Nikki Zimmerman uses a slate and stylus to write notes during class at Carl Traeger Middle School in Oshkosh. Nikki Zimmerman. (Note: In the August/September Braille Monitor a picture of Nikki Zimmerman at the Dude Ranch was incorrectly identified as Nikki White of Maryland. We regret the error.) The Fifth Generation Speaks Out From the Editor: What impact can the NFB's National Convention have on a newly blind twelve-year-old? What impact can that twelve-year-old in turn have on the world around her? Nikki Zimmerman and her family fought against glaucoma and the fear of blindness for eleven years. When they lost that fight a year ago, they might have concluded that in significant ways Nikki's life was over. But the family heard about Bonnie Peterson, then President of the National Federation of the Blind of Wisconsin, and Bonnie helped them acquire funding to attend last summer's National Convention in Dallas. Nikki and her mother were both optimistic and open to the possibility and promise of the NFB's philosophy of hope and high expectation.
But it wasn't enough for Nikki to get the instruction in cane travel and Braille that she needed. When Nikki heard talk of the NFB of Wisconsin's annual walk-a-thon, she wanted to participate. She began signing up sponsors and recruiting walkers among her friends. But no other blind people near Oshkosh were planning to walk. How ought she to conduct the walk-a-thon? Nikki's mother Patty called Bonnie for advice. The solution was simple: several hikers from Milwaukee would drive over to Madison to join Nikki, her friends, and members of the school board who had decided to participate in the walk. That way the kids and school officials could all learn from the blind adults taking part in the hike, and the experienced Federationists could help Nikki conduct the event.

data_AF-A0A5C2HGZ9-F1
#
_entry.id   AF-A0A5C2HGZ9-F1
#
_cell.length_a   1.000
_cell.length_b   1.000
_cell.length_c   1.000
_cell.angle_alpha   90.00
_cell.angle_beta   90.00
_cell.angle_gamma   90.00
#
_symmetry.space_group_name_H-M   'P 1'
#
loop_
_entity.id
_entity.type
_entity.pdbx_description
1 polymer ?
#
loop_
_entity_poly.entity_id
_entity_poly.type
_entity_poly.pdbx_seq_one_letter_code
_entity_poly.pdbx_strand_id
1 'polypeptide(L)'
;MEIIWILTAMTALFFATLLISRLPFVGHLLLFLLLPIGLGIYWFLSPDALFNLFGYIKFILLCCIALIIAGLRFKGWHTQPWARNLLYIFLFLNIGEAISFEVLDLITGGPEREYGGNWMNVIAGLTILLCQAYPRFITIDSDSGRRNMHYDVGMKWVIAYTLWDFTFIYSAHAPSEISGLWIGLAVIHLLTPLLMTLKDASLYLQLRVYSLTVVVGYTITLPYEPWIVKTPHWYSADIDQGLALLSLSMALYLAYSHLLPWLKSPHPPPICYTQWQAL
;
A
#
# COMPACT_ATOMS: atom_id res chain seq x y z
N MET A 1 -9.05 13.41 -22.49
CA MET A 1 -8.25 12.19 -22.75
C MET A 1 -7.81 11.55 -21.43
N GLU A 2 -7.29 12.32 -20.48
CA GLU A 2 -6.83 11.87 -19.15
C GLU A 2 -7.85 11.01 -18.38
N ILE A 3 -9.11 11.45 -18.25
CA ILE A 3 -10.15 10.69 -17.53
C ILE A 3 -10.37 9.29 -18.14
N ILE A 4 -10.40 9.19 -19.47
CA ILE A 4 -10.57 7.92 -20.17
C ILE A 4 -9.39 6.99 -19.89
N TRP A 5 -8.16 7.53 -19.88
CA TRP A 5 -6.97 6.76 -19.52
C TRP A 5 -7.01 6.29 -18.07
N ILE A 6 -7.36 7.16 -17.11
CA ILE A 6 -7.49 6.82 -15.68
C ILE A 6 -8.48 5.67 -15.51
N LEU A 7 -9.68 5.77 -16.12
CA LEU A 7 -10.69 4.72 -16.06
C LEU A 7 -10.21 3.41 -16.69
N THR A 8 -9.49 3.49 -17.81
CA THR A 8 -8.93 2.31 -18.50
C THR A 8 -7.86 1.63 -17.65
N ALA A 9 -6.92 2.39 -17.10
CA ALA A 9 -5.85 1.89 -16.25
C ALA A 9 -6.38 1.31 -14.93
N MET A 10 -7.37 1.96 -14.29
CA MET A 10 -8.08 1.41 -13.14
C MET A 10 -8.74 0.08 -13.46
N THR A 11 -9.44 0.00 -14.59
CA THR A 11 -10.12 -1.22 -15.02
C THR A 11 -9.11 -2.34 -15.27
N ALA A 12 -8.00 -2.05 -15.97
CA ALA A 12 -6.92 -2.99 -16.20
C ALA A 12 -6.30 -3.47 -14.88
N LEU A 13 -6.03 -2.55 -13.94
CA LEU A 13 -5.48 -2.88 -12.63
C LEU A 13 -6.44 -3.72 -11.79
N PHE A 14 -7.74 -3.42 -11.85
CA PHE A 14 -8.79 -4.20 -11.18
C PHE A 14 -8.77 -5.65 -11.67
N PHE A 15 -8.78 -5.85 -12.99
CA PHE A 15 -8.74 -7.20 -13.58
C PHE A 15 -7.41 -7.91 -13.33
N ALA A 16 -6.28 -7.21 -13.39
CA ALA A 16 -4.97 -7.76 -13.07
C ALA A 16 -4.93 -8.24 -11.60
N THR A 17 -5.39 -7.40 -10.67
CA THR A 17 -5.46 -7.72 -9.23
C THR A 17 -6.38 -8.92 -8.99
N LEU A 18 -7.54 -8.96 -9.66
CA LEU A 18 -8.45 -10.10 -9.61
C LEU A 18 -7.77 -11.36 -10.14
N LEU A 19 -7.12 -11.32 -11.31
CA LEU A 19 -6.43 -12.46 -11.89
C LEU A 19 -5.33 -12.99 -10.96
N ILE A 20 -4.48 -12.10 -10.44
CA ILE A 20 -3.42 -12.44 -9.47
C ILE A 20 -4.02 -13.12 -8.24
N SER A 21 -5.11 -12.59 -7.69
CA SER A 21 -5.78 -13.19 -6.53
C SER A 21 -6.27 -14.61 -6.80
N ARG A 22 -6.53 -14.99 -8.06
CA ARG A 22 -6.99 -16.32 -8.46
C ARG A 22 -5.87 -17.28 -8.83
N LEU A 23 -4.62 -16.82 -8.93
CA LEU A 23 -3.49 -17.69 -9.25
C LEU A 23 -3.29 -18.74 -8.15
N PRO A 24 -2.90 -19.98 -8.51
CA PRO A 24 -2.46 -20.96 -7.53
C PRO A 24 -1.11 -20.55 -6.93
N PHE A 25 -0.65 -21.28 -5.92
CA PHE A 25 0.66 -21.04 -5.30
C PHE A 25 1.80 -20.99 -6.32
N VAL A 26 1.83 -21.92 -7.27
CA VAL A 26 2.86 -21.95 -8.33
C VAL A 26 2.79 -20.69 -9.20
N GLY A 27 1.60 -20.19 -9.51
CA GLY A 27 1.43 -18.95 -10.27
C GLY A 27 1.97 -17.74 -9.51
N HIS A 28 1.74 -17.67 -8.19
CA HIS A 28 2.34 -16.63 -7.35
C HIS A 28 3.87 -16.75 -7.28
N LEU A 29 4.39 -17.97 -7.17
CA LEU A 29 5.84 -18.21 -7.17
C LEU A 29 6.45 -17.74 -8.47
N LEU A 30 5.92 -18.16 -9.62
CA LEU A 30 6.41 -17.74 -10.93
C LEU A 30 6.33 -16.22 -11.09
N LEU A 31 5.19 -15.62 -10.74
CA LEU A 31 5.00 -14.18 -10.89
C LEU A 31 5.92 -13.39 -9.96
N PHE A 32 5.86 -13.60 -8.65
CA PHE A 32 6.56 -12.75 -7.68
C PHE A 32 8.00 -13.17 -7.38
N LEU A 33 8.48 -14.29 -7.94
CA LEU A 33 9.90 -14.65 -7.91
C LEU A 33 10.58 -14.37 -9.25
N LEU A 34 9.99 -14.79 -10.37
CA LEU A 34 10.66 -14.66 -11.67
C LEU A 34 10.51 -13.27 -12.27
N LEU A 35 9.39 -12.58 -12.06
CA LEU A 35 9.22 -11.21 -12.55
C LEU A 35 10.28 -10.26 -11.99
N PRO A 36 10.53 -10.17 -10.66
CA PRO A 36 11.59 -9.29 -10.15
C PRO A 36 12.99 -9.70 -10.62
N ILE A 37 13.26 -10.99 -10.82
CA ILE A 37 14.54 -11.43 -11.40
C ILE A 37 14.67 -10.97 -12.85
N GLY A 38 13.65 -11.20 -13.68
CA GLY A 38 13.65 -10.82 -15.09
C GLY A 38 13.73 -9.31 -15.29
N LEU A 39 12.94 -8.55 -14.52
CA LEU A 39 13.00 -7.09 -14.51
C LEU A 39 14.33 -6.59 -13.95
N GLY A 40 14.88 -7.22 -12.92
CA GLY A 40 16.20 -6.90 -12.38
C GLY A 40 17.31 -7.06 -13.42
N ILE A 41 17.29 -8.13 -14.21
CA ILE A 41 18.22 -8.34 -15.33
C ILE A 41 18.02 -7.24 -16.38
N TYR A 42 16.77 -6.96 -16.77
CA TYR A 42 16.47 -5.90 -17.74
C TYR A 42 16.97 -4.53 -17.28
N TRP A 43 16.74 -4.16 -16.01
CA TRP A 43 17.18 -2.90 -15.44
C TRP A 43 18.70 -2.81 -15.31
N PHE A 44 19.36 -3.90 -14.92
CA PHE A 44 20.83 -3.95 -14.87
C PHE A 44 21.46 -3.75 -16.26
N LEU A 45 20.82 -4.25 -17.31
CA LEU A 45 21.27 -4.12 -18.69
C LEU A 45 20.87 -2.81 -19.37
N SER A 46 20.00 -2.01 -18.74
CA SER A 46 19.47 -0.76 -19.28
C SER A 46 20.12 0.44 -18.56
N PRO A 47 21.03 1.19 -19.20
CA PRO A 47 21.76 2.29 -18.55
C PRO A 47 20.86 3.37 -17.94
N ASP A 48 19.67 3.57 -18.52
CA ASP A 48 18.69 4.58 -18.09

But the Zimmermans weren't finished. Patty Zimmerman recognized that publicity for the hike would help, so she set out to interest the local newspaper in doing the kind of story about Nikki, an ordinary sixth-grader, that would tell the world what she and the National Federation of the Blind thought about blindness. The following article is reprinted with permission from the September 29, 1998, edition of the Oshkosh Northwestern. It demonstrates just how well Nikki has understood the NFB's philosophy of normality and just how effectively she has taught her teachers and fellow students to adopt the same notions. Here is the article: ********** Typical Courage Oshkosh Sixth-grader Refuses to Let Blindness Be Disability by Gina Mangan ********** Following eleven-year-old Nikki Zimmerman as she zips between classes and through the halls of Carl Traeger Middle School in Oshkosh requires a good pair of walking shoes and a healthy set of lungs. With an air of confidence she deftly dodges fellow students and turns corners with ease.
Once inside the classroom Nikki barely takes a breath while quietly reading out loud to partner Jessica Pernsteiner from a teacher handout. She takes notes as social studies teacher Paul DeShambo writes on the marker board and talks articulately about economic issues during a class discussion.
Outside on the playground she chats with friends. She seems like an average sixth-grader. For the most part she is. Nikki, whose highlight during her first day of school was a reminder by science teacher Jim McClowry to return to her desk and push in her chair, wouldn't want anybody to see anything other than normal.
"Being blind isn't a disability unless you make it one," says Nikki, who lost her sight last winter after a lifelong struggle with congenital glaucoma. "There's nothing I can't do, except ride a bike."
But because she's blind, being viewed as typical has taken extra effort, a bit of special training, a lot of determination, and the right opportunities.
During the past year Nikki repeatedly struggled against a societal tendency to pamper the blind, fighting human nature's desire to force the world to adapt to individual differences. Instead Nikki has chosen to adapt to the world.
Nikki uses a long white cane to get around. She's fully trained in Braille and writes with an embossed-dot-producing slate and stylus.
And while her eyes don't work, her mind is as sharp as that of the next sixth-grader. Her ability to perform in class isn't an issue. But her family still had to fight to keep her in the math and English classes they believe are critical to her future.
In fact, Nikki and her parents have turned down traditional help offered by well-meaning people within the school system, insisting that expectations for Nikki be no lower because she can't see.